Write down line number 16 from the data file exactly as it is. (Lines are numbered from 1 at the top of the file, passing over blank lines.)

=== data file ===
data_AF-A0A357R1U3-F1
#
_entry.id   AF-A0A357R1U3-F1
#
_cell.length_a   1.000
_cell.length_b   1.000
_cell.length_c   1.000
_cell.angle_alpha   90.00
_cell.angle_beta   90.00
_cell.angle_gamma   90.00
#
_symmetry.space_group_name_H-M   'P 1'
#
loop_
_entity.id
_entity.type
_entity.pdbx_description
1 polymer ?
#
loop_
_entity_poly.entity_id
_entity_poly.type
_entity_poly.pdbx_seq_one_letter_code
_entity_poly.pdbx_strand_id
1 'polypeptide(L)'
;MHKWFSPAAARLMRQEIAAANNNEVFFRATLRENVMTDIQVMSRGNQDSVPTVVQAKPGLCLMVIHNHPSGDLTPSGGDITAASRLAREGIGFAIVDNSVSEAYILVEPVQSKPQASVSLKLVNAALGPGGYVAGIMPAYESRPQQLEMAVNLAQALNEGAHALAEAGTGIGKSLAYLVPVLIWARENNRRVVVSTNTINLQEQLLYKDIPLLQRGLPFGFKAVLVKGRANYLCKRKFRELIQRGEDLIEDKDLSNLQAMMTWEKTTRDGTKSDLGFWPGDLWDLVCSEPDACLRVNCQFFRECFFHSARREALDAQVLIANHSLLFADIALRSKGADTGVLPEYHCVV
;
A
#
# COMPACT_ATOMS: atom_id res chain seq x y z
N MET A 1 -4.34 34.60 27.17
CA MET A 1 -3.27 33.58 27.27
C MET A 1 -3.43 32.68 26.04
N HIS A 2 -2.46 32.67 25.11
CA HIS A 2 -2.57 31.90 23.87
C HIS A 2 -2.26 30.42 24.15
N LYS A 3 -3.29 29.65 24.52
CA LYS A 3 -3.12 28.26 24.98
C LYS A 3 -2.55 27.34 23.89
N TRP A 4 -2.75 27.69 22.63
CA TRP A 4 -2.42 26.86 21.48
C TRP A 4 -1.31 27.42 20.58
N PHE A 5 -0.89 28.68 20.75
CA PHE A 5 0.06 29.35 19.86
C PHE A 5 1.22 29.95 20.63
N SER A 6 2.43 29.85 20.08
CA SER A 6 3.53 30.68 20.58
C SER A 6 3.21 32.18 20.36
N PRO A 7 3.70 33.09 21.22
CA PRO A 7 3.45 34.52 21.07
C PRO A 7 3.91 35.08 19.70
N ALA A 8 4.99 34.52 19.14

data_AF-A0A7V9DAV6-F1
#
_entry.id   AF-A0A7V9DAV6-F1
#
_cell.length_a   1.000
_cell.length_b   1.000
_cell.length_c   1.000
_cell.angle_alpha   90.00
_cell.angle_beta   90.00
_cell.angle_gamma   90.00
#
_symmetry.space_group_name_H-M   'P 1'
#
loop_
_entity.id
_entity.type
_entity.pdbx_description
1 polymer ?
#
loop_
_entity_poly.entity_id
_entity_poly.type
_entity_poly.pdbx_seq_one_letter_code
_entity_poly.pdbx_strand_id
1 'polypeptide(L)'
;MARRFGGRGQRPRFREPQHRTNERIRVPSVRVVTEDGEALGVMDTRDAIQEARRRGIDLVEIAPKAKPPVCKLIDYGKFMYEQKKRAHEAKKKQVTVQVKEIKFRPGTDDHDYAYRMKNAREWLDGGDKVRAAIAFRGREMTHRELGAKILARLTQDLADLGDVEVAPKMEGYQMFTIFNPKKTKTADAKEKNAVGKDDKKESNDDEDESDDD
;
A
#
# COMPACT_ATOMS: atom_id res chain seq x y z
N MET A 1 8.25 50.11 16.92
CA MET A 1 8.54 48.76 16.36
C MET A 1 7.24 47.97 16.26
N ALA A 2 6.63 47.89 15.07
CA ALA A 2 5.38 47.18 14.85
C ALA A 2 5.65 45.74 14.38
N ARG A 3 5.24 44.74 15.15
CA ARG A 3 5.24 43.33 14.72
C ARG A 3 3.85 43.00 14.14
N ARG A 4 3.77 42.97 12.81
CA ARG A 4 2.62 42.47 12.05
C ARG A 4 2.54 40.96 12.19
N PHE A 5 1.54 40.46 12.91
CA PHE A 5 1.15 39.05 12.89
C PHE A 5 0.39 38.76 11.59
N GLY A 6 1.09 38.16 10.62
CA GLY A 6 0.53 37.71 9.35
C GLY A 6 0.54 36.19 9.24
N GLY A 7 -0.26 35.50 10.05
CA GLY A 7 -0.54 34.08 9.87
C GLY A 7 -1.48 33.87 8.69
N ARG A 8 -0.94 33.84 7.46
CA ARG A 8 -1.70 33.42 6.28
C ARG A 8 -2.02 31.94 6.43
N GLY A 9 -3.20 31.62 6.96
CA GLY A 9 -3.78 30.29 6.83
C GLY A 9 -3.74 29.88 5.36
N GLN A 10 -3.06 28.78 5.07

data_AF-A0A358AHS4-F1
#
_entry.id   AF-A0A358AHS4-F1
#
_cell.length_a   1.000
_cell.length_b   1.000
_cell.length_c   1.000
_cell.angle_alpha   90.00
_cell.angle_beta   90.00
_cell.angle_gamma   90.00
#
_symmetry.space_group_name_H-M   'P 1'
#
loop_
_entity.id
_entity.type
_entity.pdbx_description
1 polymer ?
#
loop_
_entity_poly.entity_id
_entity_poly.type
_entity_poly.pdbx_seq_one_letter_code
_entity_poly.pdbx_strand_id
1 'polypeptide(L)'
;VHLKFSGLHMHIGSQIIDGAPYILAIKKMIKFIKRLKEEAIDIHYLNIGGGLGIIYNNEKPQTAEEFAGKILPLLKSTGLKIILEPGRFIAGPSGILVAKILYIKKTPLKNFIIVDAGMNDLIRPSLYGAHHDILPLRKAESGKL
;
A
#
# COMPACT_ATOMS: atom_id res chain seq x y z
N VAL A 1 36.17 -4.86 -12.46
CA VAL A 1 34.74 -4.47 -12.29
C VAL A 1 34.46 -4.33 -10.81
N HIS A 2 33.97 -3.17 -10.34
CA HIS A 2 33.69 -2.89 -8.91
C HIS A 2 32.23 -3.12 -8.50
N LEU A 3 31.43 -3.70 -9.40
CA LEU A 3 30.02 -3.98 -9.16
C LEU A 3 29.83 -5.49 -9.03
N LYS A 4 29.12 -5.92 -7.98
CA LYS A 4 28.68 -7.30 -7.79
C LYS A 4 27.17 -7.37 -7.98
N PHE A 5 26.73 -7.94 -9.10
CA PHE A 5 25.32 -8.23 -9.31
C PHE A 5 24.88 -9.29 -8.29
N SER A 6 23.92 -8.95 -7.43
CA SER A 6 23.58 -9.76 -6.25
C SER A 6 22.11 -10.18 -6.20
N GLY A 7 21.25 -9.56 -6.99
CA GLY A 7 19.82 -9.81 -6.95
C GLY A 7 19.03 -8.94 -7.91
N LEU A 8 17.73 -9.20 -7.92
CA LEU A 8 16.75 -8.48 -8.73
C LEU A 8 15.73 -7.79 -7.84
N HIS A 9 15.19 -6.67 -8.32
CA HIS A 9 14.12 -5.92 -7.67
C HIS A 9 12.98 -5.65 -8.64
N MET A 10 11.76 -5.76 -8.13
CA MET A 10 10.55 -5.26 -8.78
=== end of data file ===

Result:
_entity.type